America was founded on an ideal, not the concrete reality of a shared history or local attachment. It is, therefore, no wonder that the identification with abstract ideals continues to play such a crucial role in American society. The sentimental paintings of Thomas Kinkade, commonly dismissed as kitsch, are a case in point. They fill a deep need in the human psyche for serenity and harmony, which modern life fails to offer. Most importantly, religion and religious affiliation remain paramount in American society. While only fifty-one percent of Europeans in 2010 claimed to believe in God in 2010 (albeit with enormous fluctuations depending on the country) and church attendance is generally low or non-existent according to the 2010 Eurobarometer survey, almost eight in ten (seventy-nine percent) identified with a religion in the United States, according to a 2016 Gallup poll. In fact, fifty-six percent claimed membership in a church, synagogue, or mosque. According to the Pew Research Center, eighty-three percent of American adults believed in God in 2015, and attendance of religious services averaged fifty percent. Given the importance of religion in American life, it is not surprising that American political conservatives, with a preference for traditions and communal attachments, remain more religious than their more liberal counterparts, with eighty percent of Republicans being either “highly religious” or “moderately religious” according to the 2016 Gallup poll. Religious institutions function as arbiters of tradition and communal attachment in America. In fact, googling “community life” in America produces mostly Christian websites. Compared to Europe, politics in America is, therefore, infused with religious convictions turned ideology. At the same time, religious affiliations are in decline in America, and American conservatives would do well to ponder an alternative, more adaptable conservatism without losing sight of the importance of human attachments and cherished traditions. In fact, Sir Roger’s conservatism, articulated without the luxury of real geographical and historical attachments, might be the West’s best chance to protect those things we most dear.
Sir Roger’s philosophy is a treasure trove for the well-ordered life, covering sexual desire to architectural choices, without resorting to religious reasoning or non-reasoning. However, it is perhaps his views on beauty that best exemplify the type of conservative attitude that can offer a platform for a common conservative view. Accordingly, rational beings “strive to achieve order in their surroundings and to be at home in their common world” (Beauty, p. 81). Feeling “at home” in the world is a universal human longing. To him, a true conservative, in contrast to the reactionary, will not strive to make the world according to his preferences, but will adapt to the world without surrendering his values. This is a tall order that requires engagement with and civility towards those who hold different beliefs, but it is an attitude that is needed in a world torn apart by political ideologies, a way for rational beings to create a “home in their common world.” Perhaps there is a chance for a common language given that “the beautiful and the sacred are adjacent in our experience, and that our feelings for the one are constantly spilling over into the territory claimed by the other” (Beauty, p. 66). Not surprisingly, Sir Roger’s views on beauty resonated most with our group of Summer Scrutopians.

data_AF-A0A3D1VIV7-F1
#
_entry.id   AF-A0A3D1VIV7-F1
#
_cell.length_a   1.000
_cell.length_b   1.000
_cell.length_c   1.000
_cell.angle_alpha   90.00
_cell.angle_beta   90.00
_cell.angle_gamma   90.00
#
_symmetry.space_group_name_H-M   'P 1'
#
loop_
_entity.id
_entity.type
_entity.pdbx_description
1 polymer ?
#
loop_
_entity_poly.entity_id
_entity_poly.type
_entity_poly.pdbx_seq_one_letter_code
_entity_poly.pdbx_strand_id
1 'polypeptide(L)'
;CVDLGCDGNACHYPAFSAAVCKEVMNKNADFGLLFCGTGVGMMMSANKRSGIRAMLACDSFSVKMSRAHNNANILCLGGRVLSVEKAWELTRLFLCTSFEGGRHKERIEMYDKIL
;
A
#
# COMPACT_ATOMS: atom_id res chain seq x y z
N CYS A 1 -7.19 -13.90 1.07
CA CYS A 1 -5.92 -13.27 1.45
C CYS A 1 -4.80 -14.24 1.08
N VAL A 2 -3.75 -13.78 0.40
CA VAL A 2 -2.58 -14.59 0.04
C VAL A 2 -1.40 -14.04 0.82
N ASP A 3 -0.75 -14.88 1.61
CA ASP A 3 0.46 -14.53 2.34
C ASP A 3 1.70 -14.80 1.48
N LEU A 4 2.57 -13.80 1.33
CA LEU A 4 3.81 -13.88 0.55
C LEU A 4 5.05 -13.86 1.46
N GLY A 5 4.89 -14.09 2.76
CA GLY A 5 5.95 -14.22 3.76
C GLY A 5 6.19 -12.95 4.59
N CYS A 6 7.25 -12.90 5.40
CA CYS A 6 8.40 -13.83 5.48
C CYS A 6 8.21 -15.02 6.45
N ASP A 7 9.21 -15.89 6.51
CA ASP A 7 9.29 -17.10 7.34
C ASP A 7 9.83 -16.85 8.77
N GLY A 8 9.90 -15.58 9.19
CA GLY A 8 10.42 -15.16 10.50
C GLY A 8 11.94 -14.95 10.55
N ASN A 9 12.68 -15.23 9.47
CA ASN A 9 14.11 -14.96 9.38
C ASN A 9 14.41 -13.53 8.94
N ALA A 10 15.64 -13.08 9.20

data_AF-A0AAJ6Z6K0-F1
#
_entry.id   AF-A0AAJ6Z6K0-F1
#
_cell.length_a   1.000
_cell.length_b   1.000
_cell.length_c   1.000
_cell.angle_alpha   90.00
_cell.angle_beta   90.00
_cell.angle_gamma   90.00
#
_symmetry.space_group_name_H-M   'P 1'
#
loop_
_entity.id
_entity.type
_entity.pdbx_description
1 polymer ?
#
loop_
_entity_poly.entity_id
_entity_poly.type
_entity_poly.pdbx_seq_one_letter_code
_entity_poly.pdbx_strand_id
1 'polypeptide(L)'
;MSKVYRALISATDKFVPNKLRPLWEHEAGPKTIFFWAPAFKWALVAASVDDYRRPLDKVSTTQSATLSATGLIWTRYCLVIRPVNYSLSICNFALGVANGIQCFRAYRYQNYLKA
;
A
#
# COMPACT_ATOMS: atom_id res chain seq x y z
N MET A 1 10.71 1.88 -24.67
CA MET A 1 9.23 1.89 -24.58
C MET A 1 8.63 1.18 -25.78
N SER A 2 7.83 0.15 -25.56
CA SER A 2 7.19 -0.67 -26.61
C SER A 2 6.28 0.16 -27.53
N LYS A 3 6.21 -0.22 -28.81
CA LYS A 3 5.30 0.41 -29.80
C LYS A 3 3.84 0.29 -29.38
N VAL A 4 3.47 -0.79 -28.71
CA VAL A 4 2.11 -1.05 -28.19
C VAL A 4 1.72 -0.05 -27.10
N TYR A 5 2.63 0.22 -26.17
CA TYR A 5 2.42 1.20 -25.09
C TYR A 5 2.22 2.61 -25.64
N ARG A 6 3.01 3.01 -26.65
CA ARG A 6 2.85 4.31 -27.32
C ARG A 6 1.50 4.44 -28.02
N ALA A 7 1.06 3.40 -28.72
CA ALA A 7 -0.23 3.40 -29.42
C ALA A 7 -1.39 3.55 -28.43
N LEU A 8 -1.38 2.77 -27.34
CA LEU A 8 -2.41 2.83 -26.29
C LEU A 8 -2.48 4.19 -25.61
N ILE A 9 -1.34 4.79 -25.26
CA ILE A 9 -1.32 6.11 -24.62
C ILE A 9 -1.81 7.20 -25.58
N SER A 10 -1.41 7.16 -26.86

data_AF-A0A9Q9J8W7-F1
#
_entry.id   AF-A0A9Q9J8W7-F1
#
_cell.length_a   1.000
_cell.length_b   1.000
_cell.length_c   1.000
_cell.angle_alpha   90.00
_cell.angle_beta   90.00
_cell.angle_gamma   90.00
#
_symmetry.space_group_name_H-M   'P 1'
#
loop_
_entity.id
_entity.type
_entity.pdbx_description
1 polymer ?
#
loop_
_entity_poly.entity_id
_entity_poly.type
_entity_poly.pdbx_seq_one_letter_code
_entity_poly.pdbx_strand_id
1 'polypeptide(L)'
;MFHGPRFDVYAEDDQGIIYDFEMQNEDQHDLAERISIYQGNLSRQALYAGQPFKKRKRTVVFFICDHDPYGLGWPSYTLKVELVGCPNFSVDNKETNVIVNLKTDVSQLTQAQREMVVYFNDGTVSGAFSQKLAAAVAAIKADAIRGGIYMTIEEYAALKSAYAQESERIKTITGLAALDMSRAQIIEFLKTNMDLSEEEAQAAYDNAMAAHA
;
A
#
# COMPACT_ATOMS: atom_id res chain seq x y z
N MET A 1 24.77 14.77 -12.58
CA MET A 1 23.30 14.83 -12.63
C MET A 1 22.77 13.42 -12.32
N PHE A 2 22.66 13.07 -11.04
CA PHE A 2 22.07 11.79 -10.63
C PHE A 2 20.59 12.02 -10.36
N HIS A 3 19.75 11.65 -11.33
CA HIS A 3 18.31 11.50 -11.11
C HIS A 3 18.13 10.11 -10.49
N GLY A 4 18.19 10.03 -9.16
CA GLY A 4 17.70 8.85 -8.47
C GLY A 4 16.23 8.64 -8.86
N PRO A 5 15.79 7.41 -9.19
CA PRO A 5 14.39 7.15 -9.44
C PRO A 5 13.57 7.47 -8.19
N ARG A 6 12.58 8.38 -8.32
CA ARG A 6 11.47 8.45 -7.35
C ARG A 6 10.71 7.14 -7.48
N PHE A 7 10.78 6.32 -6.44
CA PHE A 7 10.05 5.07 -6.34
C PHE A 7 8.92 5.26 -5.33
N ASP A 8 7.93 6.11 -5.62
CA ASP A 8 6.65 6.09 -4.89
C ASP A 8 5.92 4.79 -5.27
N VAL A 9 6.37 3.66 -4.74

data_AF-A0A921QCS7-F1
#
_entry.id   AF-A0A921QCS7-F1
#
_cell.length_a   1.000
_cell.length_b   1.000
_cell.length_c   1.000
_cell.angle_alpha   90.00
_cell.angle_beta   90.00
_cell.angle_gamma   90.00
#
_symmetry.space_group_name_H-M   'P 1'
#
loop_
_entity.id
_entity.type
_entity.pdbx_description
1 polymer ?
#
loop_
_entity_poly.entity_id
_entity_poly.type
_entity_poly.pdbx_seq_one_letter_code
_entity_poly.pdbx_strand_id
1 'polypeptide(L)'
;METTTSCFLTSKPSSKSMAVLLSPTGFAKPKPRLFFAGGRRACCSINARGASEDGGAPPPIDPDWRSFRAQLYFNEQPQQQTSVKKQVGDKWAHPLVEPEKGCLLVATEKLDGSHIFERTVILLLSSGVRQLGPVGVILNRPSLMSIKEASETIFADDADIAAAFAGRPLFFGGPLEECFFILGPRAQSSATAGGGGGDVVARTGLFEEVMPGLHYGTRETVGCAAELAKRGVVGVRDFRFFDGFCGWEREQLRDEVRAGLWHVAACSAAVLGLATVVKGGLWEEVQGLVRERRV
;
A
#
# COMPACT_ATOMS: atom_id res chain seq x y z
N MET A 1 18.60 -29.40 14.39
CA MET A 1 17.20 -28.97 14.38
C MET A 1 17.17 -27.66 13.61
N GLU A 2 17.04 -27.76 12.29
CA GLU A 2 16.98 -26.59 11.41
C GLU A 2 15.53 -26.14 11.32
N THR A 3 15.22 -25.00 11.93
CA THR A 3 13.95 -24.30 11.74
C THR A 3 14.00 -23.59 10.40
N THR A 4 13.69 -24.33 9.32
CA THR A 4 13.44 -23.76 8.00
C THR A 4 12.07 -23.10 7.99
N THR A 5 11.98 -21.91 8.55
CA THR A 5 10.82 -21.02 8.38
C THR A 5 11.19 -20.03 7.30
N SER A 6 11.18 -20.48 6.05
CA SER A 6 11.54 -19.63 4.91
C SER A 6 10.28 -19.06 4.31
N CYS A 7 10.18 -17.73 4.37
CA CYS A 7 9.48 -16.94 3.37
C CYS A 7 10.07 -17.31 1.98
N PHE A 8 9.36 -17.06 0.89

The quality of a teacher is best measured by how he is able to inspire and, thus, by the diversity of his students. Sir Roger has a global following, and participants in the 2017 Summer Scrutopia were expectedly unique. Among our group, we counted lawyers, a recent college graduate, a professor, a teacher, a human-rights expert, an ascetic, world-travelling retirees, a tech wiz, a “pirate,” a bull fighter, a “full-time mom,” a flower-child, a musician, a business magnate, a pastor, and various people with a mysterious past in service of their countries. Some adhered to a religious faith, others had none. Yet despite our diversity, we quickly developed the kind of bond that grows from sharing not only interests, but a deep curiosity about the meaning of things. We had come in an honest search for universal truths that emerge from human authenticity and humility. Not once was there political posturing, moral judgment, or contempt for those in opposition to the ideals so clearly articulated by way of laser-sharp Scrutopian reasoning. In fact, we felt as common seekers of a common understanding of what we share as human beings beyond the ideology of political conservatism. Kindness and warmth permeated our group. Rather than despair about the direction that Western society might be taking in opposition to the values being elucidated, we felt liberated to rejoice in the universal community of those who share our values and love the same things. “Home” came to mean: “It’s alright. You are not alone.” This is what we brought back with us, a sense of “home” in a community of like-minded “searchers.”
During the course, Sir Roger would often ask us “Are you happy?” Yes, Sir Roger, we are happy. Thank you!